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PSA Peugeot Citroën developing 48V mild hybrid solution for 2017

23 January 2013

Hybride-eco
Elements of the PSA mild Eco Hybrid system. Click to enlarge.

At its Innovation Day in Paris—at which the company described its Air Hybrid technology and rollout plans (earlier post)—PSA Peugeot Citroën aso showcased a next-generation mild-hybrid technology that significantly reduces fuel consumption, by 10% to 15% for an equivalent engine, and CO2, by 15 g/km, compared with its e-HDi technology.

The Group’s Eco Hybrid system is compatible with gasoline and diesel engines and will be fitted on its vehicles starting in 2017.

The system combines a 10 kW electric motor with a 48V Li-ion battery. The electric motor can drive the vehicle alone at speeds of less than 20 km/h (12 mph)—for example, when parking or leaving a car park—and supply additional power under acceleration. This solution is compatible with gasoline and diesel engines mated with manual or automatic gearboxes.

The rationale behind the development is to offer customers a vehicle that consumes significantly less fuel through the development of a technology that is accessible to the greatest number due to a lower cost.

The system is suited to segment B, C and D vehicles.

PSA says that the Eco Hybrid is a natural development of its e-HDi technology for customers. The technology is a co-development with suppliers Valeo, Bosch and Continental.

January 23, 2013 in 48V, Hybrids | Permalink | Comments (7) | TrackBack (0)

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Comments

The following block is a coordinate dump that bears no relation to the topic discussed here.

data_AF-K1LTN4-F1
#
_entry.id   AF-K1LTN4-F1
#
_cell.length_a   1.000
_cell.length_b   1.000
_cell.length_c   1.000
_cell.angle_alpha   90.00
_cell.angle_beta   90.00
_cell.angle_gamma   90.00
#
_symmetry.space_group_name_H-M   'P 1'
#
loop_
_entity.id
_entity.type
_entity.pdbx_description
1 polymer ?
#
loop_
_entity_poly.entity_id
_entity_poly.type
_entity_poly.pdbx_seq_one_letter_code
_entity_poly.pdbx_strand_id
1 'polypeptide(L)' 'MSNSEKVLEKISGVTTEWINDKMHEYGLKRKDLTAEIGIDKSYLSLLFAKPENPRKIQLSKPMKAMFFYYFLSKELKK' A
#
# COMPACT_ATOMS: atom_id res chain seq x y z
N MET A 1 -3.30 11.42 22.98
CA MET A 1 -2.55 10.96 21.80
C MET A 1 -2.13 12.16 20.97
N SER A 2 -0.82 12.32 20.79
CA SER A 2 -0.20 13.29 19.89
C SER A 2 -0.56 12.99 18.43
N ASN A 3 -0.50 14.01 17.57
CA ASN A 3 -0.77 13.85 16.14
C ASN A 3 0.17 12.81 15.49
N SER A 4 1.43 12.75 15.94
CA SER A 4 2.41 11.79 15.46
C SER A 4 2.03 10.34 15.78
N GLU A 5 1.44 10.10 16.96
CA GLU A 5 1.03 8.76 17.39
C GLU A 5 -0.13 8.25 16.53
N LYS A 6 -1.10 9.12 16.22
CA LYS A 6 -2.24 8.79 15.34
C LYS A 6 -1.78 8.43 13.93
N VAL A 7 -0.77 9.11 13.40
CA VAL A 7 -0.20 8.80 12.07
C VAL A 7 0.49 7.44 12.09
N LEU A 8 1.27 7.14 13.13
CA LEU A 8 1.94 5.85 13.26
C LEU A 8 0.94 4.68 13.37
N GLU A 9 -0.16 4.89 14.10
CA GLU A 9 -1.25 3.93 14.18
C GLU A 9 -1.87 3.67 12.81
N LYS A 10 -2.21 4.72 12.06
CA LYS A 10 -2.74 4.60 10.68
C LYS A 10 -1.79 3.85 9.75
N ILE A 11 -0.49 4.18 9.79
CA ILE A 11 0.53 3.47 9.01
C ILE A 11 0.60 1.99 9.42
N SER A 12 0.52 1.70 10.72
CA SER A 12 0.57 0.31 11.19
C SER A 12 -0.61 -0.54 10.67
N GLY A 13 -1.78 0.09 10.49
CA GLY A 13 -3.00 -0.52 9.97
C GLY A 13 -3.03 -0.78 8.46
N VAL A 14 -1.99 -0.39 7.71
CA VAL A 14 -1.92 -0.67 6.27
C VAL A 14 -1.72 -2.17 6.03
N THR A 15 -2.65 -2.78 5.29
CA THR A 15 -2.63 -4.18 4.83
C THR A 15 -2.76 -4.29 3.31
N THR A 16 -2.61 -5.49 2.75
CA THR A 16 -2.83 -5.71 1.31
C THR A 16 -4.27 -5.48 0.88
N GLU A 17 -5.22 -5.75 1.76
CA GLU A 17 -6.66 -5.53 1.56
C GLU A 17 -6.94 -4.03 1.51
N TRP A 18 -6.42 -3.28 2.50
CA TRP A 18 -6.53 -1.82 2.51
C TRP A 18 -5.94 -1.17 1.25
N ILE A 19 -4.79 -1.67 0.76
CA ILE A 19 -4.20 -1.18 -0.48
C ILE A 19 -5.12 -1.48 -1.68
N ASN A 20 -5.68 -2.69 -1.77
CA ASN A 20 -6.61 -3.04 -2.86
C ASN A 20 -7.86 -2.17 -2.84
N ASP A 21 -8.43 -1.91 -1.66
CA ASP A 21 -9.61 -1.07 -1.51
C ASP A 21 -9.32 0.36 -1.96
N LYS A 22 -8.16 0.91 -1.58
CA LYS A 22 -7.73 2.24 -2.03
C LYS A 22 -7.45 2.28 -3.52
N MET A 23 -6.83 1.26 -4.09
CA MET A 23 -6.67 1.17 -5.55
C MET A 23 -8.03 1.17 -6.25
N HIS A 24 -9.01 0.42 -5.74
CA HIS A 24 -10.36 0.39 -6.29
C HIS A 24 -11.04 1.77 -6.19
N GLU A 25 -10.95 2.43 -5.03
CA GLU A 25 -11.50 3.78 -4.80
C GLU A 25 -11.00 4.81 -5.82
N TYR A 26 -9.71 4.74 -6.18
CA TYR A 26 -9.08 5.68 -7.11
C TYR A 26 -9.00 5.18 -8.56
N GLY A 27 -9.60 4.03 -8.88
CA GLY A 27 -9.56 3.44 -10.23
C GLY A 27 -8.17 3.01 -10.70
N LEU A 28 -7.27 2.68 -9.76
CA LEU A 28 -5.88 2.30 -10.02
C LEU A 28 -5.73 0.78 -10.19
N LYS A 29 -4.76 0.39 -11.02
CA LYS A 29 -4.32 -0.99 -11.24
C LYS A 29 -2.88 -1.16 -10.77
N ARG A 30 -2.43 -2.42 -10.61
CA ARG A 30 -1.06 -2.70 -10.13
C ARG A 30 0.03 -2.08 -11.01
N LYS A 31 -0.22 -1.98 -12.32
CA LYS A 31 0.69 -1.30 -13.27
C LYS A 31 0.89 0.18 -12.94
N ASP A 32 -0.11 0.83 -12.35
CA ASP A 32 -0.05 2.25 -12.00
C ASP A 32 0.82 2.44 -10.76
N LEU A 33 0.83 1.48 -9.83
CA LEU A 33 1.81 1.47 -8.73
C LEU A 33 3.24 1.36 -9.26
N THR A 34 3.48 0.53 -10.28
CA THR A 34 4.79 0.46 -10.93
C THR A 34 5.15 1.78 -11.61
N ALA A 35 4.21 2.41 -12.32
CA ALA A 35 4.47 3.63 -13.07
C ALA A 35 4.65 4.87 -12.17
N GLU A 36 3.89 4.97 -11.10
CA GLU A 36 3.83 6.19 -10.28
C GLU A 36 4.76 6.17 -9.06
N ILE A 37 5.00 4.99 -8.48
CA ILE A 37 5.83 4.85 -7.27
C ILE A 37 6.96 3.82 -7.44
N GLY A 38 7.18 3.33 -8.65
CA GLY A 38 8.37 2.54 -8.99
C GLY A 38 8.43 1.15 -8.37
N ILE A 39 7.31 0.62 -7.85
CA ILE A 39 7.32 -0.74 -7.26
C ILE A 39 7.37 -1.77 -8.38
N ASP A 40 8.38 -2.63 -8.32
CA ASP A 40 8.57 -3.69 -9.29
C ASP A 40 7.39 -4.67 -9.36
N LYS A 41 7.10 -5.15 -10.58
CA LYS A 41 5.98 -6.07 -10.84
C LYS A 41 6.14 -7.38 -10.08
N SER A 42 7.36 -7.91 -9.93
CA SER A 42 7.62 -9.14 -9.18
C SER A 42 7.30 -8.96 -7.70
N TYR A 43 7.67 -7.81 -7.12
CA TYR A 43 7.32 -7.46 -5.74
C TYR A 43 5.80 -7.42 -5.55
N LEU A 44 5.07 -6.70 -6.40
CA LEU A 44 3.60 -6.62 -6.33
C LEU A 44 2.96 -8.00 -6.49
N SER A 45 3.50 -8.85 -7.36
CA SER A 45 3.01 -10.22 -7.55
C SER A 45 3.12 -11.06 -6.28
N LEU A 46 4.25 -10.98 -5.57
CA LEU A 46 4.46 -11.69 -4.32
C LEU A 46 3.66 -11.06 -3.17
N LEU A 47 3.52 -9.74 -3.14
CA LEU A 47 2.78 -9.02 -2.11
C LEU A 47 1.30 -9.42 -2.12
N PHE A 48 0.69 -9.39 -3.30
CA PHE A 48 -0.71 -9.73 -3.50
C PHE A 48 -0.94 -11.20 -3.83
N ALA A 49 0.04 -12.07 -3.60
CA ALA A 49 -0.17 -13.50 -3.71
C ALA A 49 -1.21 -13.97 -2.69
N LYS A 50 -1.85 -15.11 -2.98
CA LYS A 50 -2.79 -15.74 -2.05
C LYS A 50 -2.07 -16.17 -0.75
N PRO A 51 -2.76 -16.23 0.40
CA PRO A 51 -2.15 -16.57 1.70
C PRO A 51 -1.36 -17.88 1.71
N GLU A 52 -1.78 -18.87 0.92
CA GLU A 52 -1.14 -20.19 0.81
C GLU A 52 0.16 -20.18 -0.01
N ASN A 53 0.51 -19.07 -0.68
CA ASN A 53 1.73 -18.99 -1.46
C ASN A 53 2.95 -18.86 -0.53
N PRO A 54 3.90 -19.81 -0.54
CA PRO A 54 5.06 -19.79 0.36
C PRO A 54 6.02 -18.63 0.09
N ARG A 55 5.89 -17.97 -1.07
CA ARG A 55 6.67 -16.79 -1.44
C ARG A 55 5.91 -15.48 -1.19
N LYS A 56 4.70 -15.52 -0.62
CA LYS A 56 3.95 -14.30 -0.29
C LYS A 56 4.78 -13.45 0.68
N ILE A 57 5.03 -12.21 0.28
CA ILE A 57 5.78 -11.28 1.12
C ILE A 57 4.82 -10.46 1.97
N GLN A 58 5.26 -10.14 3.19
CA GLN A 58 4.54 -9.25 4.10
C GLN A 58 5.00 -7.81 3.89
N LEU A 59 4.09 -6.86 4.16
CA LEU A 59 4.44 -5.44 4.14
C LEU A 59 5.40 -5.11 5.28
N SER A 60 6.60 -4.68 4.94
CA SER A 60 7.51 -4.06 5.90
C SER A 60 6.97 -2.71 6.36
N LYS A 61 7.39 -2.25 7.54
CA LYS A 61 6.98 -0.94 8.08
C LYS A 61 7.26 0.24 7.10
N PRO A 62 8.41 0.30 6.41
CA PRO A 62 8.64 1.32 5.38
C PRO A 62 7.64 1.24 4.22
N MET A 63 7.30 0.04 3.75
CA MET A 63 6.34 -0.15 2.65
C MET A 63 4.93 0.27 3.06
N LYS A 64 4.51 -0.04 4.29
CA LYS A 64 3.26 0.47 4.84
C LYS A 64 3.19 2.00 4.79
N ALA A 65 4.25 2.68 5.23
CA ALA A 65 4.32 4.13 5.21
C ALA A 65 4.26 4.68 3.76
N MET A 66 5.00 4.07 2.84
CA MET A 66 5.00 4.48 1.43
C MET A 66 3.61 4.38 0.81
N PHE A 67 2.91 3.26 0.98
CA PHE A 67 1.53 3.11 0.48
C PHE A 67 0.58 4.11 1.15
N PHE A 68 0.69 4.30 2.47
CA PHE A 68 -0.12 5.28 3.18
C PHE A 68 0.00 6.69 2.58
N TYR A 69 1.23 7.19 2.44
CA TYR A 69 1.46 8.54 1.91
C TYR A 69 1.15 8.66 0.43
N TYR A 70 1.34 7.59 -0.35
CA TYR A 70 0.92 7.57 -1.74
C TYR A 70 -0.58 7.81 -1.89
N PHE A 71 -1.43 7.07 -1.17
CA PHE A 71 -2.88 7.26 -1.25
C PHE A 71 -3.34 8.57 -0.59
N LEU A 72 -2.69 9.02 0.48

This will be very good if they can roll it out across the range at minimal extra cost.
It will reduce pollution and noise in cities, as well as save fuel.
It all sounds quite feasible, lets hope they implement it.

Also, it is interesting to see a company which was a stalwart of diesel moving to mild (and air) hybridisation.

I suppose it(hybridisation) is the best way of improving economy in the city, and if it does not add too much to the cost of a diesel engine, it can be sold at a profit and in large numbers.

Another use of Li-ion cells, though just 10 kw(~13.3 hp) seems small for the extra cost.

So it is a hybrid without plug-in, first gear (max 20 km/h) electric drive and very small battery. That is less than Toyota Prius did 15 years ago.

To me this is too little. What we need is hybrid cars, that at least can drive electric for most of city driving.

Sounds like the GM E-drive. By then GM should have made E-Drive a universal feature on all its cars, at the rate they are doing so.

Seems unexciting and minimalistic.

And not until 2017.

But quite likely the best use of batteries until battery costs go down and performance improves.

I wonder if a small, low energy, low cost capacitor system, keyed toward providing a significant level of "free" extra, short term thrust for acceleration after each stop, would provide more driver satisfaction than the typical low power, mild hybrid.

It would capitalize on the higher POWER recovery and delivery of capacitors compared to batteries.

P.S.
Not to imply this is in any way, a new idea.

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